Iz Getting in Really the Hardest Part?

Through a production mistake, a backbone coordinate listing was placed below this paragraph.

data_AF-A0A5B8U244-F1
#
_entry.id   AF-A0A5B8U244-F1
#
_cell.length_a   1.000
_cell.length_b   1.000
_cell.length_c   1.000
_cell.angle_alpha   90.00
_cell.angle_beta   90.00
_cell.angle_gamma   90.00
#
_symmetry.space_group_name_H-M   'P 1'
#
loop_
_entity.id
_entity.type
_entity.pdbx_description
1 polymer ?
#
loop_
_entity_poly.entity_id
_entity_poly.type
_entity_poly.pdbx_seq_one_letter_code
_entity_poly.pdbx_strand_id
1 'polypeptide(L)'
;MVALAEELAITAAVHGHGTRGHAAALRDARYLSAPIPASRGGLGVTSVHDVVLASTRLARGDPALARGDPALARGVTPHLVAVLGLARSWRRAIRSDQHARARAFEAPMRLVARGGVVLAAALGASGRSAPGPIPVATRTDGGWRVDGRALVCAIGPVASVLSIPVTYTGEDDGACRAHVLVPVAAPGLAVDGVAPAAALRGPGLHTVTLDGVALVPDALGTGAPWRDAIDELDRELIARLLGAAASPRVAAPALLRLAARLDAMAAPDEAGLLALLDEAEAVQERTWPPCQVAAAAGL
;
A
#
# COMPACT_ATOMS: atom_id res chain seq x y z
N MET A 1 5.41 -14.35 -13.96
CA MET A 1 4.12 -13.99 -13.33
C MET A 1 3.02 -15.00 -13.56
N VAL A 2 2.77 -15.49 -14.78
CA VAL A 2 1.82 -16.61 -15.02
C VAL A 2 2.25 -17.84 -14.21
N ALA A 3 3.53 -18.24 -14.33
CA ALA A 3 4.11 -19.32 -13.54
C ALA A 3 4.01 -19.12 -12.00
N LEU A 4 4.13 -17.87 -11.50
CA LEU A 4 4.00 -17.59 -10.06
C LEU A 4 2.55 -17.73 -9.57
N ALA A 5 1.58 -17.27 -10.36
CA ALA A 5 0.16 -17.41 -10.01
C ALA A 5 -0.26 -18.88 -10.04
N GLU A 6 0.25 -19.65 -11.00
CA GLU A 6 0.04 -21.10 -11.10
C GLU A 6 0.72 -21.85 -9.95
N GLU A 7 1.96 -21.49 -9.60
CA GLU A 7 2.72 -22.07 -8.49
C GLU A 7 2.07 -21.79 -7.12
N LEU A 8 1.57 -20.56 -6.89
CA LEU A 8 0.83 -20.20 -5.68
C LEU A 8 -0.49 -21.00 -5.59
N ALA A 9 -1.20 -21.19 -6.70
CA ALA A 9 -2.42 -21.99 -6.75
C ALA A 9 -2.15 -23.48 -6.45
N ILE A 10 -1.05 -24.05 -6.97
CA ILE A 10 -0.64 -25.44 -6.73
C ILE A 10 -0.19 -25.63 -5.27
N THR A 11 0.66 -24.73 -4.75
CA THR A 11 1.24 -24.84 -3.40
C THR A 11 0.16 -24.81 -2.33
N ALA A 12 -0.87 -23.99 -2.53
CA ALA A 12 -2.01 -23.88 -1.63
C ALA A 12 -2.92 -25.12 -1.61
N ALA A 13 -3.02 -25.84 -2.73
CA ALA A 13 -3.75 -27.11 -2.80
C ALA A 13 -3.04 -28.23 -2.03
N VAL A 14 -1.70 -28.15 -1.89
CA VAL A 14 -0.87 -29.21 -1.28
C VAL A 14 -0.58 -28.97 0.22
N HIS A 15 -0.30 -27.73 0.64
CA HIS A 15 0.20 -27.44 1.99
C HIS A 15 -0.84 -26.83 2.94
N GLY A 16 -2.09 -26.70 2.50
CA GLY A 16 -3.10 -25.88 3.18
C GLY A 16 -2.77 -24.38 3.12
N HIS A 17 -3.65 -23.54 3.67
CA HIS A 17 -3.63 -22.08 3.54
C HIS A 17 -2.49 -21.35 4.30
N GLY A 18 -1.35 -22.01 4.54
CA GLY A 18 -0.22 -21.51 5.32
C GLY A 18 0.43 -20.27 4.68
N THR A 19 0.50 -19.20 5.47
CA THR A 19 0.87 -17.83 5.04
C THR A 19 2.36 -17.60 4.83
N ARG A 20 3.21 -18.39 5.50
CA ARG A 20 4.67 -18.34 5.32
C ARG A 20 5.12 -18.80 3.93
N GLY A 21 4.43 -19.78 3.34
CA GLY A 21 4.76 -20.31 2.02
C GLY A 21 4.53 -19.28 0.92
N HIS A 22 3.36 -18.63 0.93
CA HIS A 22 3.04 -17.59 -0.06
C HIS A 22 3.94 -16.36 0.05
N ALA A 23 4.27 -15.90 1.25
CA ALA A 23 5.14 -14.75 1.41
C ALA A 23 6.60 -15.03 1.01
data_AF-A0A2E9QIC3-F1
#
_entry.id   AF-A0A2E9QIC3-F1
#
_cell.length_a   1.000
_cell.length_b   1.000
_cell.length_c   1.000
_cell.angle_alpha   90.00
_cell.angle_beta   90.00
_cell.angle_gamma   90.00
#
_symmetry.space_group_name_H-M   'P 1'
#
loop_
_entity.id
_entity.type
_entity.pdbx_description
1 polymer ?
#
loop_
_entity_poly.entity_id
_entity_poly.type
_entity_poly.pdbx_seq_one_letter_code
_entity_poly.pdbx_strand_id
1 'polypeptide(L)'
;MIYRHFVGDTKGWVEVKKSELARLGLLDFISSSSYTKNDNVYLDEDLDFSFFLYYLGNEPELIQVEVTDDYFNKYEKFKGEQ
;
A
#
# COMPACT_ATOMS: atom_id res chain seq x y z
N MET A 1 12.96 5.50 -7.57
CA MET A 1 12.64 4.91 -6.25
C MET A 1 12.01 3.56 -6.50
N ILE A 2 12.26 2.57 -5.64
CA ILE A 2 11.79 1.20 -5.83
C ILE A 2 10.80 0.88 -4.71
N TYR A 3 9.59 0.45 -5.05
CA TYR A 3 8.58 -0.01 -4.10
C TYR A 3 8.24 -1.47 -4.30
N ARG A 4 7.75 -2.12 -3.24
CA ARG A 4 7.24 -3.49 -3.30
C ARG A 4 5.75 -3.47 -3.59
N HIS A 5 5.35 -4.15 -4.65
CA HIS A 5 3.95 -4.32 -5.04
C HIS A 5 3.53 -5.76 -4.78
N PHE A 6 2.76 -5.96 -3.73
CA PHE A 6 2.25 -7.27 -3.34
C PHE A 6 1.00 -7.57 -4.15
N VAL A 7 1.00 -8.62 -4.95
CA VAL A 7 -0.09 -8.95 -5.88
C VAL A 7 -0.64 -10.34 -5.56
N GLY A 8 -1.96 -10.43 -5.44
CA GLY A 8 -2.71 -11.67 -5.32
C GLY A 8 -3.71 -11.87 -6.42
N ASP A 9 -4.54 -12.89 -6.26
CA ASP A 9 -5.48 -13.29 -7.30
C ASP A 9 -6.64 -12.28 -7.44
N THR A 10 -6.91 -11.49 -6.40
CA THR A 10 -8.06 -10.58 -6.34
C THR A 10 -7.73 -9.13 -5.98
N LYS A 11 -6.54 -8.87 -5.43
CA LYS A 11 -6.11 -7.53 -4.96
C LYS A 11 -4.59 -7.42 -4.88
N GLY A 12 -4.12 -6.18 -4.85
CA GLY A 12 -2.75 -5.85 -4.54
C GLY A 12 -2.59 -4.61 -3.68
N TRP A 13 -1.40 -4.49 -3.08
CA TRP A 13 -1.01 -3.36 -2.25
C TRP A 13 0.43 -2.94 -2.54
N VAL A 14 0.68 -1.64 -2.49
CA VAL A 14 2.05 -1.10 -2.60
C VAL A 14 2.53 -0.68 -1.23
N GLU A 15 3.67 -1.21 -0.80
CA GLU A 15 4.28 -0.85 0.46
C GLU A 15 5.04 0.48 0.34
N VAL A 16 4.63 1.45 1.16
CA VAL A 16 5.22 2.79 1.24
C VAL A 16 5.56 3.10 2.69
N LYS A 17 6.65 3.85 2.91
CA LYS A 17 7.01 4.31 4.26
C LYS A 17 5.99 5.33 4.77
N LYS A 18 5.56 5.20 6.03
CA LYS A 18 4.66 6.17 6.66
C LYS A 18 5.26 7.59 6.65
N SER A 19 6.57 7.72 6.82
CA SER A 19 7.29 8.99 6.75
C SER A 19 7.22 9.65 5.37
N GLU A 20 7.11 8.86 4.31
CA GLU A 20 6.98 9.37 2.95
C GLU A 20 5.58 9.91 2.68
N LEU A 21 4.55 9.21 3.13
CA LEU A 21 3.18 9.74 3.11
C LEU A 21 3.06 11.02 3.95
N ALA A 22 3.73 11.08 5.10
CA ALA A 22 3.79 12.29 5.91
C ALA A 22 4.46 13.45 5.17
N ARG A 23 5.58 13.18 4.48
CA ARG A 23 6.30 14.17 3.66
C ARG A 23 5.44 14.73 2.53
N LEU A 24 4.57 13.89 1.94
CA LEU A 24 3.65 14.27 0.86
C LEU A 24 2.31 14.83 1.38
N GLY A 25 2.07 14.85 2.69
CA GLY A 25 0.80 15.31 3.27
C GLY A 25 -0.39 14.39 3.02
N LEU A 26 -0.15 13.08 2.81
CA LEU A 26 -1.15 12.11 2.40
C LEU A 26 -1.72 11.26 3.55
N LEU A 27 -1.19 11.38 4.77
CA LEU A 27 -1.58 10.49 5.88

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Iz Gius  Say you’re a senior who’s just decided on your college. Congratulations! You order a shirt and all kinds of gear, maybe put it in your Instagram bio. And then you receive an email telling you to send a picture for your ID, or to begin choosing your classes for next year, or in my case, to begin an application for a Tier 4 Student Visa. You receive notices that if your grades slip second semester, your acceptance could be rescinded. You might visit your chosen school, and tour guides and professors will begin to talk to you about career prospects and contact hours and workload. It doesn’t seem to add up—finally deciding on a university opens up a whole new set of responsibilities and stress, not vice versa (and not the way it tends to be perceived). I think there’s a real problem—and it’s not unique to Latin or to our college counseling office, by any means—about how we conceptualize the college application and decision process. There’s this fantasy among the upperclassmen that once your college applications are submitted, school becomes a breeze; or as soon as you make a decision and put down a deposit, the rest of your senior year is stress-free. I certainly bought into it. I couldn’t wait to roll up to school second semester, forty minutes late to long block, sweats head-to-toe. And that’s not entirely untrue, but it’s a vast oversimplification. And ultimately, an unhealthy one. Here’s an unfortunate truth, one that was certainly a surprise to me: getting into college isn’t the hard part. The hard part is what comes after—adjusting to life in a new environment and with new people, or trying to keep up your GPA, or deciding on a major, or even grad school applications and interviews and internships. And by placing college decisions at the very end of some kind of success tunnel, we’re making a serious mistake. The very idea of “senioritis” ignores the fact that college is just four years of more (and most likely, more challenging) academics. The pressure we place on college admissions allows us to be completely blindsided by the reality of higher education, and the possibilities beyond it. I’m not trying to say that our futures are full of nothing but work. College is an amazing experience, and will allow us to learn and grow in countless ways beyond academics. We’ll likely have less hours of school, less busy work and less required classes, while granted more independence. And there’s nothing wrong with giving yourself a break after a difficult semester of work, or taking advantage of the opportunity to learn, without real concern for final grades—in fact, it’s probably a great way to avoid burn out, and to enjoy your last months here. But I think the “giving up” mentality that the culture around Latin encourages for your second semester senior year is really dangerous. If we continue to think of life as cycles of hard work followed by cycles lacking motivation and enthusiasm, then we’re not prepared at all for the world ahead.]]>